So, what is the current state of the Ewelme Mesh? Apart from Mike Bell at BHF, myself and Neil Blake, most of the residents of Eyres Close have at one time or another had access to the Internet via this wireless network. Since a new 'quality' cable was laid between Wallingford Bridge and Ewelme (Kingspool), providing an additional 50 pairs capable of providing a low attenuation ADSL service (another story - see ), some have been able to get broadband themselves and don't require the service anymore. But others have still not been able to get it, either because the quality of the line from Kingspool is still questionable, or because all the additional new cores have been snapped up. I guess that because of the work that had been done on my ISDN line, I was one of the lucky ones, and got my own broadband line some while ago. What this does mean though, is that there are two routes that Ewelme Mesh signals can take to the Internet rather than just one. This means that if there are problems at the Chaucer Court router, the Mesh 'gateway' can be switched to Eyre's Close. Probably one of the bonuses of the cable upgrade was that the operational speed of the Mesh increased to around 1Mbs. This can be tested by users by using in a web browser. There are currently four 'clients' in Eyre's Close, where client adaptors vary from USB 'dongles' on extension leads, to the straightforward use of a wireless enabled laptop.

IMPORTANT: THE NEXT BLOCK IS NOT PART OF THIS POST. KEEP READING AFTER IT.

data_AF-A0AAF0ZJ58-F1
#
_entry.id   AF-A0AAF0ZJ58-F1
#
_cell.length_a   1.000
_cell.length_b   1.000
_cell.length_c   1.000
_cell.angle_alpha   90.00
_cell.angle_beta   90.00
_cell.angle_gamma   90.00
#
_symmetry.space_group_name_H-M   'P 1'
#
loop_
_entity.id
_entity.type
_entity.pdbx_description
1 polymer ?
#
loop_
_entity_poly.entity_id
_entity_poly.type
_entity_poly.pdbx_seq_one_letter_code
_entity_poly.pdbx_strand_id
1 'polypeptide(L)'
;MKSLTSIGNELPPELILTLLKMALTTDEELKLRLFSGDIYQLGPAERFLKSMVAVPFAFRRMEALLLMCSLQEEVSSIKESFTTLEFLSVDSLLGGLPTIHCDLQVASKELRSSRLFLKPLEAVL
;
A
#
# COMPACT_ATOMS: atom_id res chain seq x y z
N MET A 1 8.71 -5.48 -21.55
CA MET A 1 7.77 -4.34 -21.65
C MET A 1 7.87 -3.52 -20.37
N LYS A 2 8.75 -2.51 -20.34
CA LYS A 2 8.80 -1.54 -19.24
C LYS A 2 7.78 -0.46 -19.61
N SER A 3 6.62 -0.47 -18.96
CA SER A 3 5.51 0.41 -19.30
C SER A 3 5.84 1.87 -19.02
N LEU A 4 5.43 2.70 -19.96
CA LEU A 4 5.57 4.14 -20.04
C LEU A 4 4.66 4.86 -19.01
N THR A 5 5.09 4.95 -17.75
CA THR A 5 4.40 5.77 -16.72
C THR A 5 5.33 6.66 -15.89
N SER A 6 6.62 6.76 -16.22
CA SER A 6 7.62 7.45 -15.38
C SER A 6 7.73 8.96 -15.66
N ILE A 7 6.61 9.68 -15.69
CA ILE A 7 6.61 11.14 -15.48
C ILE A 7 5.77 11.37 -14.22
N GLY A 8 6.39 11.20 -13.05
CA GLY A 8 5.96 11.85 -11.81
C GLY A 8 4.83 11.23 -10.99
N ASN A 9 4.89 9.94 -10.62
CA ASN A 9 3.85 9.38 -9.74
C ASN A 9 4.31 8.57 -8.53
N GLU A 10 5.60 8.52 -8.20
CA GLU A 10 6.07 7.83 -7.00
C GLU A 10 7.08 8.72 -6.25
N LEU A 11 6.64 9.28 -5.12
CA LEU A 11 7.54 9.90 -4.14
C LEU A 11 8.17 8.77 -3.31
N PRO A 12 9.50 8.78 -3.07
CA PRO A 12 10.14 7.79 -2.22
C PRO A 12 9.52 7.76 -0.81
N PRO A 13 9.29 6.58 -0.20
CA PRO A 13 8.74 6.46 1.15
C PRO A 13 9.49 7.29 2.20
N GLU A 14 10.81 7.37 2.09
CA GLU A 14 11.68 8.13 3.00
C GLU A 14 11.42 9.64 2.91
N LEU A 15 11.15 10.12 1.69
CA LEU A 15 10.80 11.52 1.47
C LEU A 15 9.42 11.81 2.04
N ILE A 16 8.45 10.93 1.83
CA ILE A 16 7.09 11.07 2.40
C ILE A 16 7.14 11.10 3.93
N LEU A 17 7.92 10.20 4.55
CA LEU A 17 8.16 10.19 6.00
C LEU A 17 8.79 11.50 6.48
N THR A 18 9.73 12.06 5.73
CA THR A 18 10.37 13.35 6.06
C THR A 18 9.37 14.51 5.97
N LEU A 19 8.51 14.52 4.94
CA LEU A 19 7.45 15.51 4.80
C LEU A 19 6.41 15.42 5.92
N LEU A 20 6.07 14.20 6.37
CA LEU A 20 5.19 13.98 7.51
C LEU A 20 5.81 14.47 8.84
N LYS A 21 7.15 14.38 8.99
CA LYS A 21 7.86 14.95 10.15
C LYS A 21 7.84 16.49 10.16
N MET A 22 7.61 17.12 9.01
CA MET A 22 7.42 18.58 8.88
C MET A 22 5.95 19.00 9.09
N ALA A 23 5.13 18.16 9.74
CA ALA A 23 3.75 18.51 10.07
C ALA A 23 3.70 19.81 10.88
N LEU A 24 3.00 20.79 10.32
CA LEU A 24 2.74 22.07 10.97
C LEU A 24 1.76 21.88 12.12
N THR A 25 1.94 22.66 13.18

Not so long ago, a potential 'client' in Martyn's Way requested that he have a trial to establish whether he could join the group, being in line of sight of a node location. Such a test was successfully carried out using a redundant wireless card in his desktop PC, where an extension aerial was initially 'hung' out of the window to pick up signals from the Northbarn loft node. Another 'client' (next door) has had a USB client fitted, but this time with a high gain indoor aerial extension positioned to obtain a sufficiently strong signal to also be able to join 'The Mesh'.